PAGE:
Small parties can often become key players in Germany's political system but what's happened to the Greens? They were once part of the ruling coalition and support for them in 2011 hit 23%. Recent polls suggest that's now down to around 10%. Joanna Partridge asks why.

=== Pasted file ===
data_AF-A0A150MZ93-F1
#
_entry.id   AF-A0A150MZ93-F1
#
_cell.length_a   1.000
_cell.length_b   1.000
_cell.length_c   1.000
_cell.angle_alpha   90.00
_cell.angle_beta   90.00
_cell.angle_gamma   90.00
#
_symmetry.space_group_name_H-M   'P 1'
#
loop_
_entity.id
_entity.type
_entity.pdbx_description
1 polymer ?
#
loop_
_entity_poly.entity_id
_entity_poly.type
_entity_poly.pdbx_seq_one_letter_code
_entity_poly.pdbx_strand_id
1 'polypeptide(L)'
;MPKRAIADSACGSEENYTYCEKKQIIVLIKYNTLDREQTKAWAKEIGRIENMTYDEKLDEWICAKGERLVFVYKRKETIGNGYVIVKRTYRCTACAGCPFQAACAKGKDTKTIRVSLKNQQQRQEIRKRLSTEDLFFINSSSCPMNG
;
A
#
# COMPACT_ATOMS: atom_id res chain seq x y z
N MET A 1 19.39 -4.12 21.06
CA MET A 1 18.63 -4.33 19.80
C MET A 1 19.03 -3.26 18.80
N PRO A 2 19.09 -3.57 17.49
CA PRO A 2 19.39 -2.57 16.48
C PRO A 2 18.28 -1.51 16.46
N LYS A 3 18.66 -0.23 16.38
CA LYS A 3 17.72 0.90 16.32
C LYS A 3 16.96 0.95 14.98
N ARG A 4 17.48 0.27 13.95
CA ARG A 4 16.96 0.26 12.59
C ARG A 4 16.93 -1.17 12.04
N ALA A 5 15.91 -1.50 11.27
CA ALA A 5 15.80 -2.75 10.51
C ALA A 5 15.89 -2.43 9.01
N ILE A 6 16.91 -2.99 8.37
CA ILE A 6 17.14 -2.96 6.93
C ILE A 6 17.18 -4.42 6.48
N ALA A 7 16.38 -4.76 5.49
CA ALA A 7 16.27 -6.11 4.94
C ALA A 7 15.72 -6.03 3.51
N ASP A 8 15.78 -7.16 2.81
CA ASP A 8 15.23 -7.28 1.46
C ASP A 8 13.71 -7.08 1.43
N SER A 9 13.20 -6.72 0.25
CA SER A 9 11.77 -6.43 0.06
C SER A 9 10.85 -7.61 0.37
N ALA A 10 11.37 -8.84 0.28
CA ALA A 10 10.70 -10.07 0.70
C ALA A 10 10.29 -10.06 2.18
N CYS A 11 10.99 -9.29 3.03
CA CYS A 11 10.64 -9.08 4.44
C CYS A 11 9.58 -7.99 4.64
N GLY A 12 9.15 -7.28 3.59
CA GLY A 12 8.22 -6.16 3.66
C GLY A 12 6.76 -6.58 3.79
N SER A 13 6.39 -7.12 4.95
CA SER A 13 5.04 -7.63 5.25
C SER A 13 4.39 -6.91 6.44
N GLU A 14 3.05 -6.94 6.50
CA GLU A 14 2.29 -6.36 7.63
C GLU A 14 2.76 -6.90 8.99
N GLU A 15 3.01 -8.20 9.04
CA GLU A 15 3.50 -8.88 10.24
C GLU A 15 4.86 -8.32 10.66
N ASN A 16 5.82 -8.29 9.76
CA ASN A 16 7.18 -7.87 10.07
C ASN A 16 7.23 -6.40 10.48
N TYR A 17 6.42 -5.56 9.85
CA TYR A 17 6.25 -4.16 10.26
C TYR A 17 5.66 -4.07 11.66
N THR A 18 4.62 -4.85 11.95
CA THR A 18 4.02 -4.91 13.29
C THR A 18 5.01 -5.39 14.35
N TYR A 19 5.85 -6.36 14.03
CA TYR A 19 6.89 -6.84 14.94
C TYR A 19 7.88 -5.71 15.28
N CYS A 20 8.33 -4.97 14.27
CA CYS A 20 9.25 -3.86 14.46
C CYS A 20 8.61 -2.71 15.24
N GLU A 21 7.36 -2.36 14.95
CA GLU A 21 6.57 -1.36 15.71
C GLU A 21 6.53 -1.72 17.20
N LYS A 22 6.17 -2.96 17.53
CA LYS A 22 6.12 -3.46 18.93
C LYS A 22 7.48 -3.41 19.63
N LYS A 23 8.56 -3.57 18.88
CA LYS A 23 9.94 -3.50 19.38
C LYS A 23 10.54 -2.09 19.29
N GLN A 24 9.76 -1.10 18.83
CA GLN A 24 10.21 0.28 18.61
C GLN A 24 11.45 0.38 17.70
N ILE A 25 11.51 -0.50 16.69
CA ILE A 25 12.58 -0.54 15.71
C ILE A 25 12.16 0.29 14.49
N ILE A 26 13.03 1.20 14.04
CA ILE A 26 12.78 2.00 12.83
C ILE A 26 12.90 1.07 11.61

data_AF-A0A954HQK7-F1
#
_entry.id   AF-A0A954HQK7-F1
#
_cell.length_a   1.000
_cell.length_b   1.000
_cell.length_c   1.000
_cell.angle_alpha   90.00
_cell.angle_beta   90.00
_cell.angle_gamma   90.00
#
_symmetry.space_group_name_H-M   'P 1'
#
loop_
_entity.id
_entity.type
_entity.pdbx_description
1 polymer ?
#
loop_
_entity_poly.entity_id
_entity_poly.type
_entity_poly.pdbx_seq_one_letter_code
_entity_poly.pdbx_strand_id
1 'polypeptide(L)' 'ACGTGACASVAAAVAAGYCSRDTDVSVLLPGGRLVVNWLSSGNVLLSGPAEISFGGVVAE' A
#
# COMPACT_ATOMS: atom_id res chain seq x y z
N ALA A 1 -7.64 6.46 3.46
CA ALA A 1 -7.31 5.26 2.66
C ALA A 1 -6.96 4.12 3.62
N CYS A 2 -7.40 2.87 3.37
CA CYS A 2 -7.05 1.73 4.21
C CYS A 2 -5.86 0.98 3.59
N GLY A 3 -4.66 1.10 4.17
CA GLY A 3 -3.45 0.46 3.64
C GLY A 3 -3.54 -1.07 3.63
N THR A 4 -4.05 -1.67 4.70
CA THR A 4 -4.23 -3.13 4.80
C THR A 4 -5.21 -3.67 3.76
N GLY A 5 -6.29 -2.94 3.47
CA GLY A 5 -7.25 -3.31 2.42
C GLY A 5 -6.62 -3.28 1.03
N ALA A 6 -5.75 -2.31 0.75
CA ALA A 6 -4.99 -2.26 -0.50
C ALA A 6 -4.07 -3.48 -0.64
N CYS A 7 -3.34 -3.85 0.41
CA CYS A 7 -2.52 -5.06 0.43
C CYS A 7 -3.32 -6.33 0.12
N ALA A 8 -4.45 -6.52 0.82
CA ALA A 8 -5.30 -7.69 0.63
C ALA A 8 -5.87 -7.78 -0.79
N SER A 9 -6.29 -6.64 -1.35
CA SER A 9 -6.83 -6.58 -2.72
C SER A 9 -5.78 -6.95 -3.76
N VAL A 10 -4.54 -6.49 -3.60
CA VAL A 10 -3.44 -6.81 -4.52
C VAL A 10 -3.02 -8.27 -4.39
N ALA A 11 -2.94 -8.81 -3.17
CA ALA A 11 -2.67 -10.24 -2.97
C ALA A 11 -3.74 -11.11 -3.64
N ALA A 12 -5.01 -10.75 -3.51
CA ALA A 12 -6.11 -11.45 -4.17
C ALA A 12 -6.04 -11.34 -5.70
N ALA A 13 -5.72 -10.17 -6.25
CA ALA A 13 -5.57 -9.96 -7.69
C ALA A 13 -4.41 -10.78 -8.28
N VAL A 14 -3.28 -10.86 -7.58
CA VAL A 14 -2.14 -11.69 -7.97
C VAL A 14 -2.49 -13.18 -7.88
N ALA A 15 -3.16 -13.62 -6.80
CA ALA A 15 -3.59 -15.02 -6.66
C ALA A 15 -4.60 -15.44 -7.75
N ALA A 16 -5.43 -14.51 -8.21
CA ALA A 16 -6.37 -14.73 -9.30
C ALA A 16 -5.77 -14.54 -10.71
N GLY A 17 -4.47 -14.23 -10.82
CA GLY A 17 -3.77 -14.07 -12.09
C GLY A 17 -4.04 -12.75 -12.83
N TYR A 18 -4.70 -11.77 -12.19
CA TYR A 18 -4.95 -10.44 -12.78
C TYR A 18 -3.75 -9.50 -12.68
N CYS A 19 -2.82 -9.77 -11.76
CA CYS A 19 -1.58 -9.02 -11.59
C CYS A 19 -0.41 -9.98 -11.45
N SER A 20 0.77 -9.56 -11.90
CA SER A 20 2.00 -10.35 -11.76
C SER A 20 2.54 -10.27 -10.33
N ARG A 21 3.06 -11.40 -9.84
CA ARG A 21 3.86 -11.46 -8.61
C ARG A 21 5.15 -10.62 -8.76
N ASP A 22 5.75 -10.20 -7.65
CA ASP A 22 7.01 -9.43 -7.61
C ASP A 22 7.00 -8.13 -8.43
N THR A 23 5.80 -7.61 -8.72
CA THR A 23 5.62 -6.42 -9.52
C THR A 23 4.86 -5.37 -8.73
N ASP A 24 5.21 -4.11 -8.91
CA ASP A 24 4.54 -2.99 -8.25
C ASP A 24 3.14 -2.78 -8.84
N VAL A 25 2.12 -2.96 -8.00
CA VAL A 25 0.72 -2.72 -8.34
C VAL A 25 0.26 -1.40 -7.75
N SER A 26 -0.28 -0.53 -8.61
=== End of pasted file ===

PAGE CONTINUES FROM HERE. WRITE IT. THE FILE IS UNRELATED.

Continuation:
In a land of wind turbines and bicycles, Germany's Green party has traditionally been a kingmaker. But in recent years other small rivals have overtaken them as junior coalition partners. The pro-environment party has seen its support crumble during this election campaign. It's now around 10% - a four year low and 5% less than July. Katrin Goering-Eckhardt is one of the party's top candidates. SOUNDBITE: Katrin Goering-Eckhardt, Green party joint top candidate, saying (German): "We're fighting hard until the 22nd of September, we're trying to convince with our arguments, with our ideas and so we'd like to turn the disappointment with Merkel's government into new energy, energy for change, renewable energy for this country." Energy's been a hot topic in the run up to the election. The Greens have always been anti-nuclear - and Germany has them to thank for the early adoption of renewable energy. Their support reached 23% after the Fukushima disaster in 2011. That's when Angela Merkel decided to switch off Germany's nuclear power plants by 2022. But the move to renewables is proving messy. The country's energy policy is in chaos - and consumers are paying the price. PTC Renewable energy is second nature here but the Green Party faces a big problem. German voters fear they've trying to tell people what to do - drive more slowly, turn off the lights, even eat more healthily. Their suggestion of a "Veggie day" went down particularly badly as Germans love their meat, as well as their cars. The Greens grew out of the peace movement of the 1970s. But they've struggled to come up with a modern message, says Professor Friedbert Rueb, from Berlin's Humboldt University. SOUNDBITE: Friedbert Rueb, Humboldt University political professor, saying (English): "They had a programme with strong increases in taxes for special groups of society, for those groups of society which have higher incomes and I would say this was bad for the electoral support of the party." The Greens last coalition partner the SPD has also had a poor campaign. The pro-environmental party has long been opposed to working with Merkel. Unless their ratings improve quickly, they may be looking at another four years in opposition.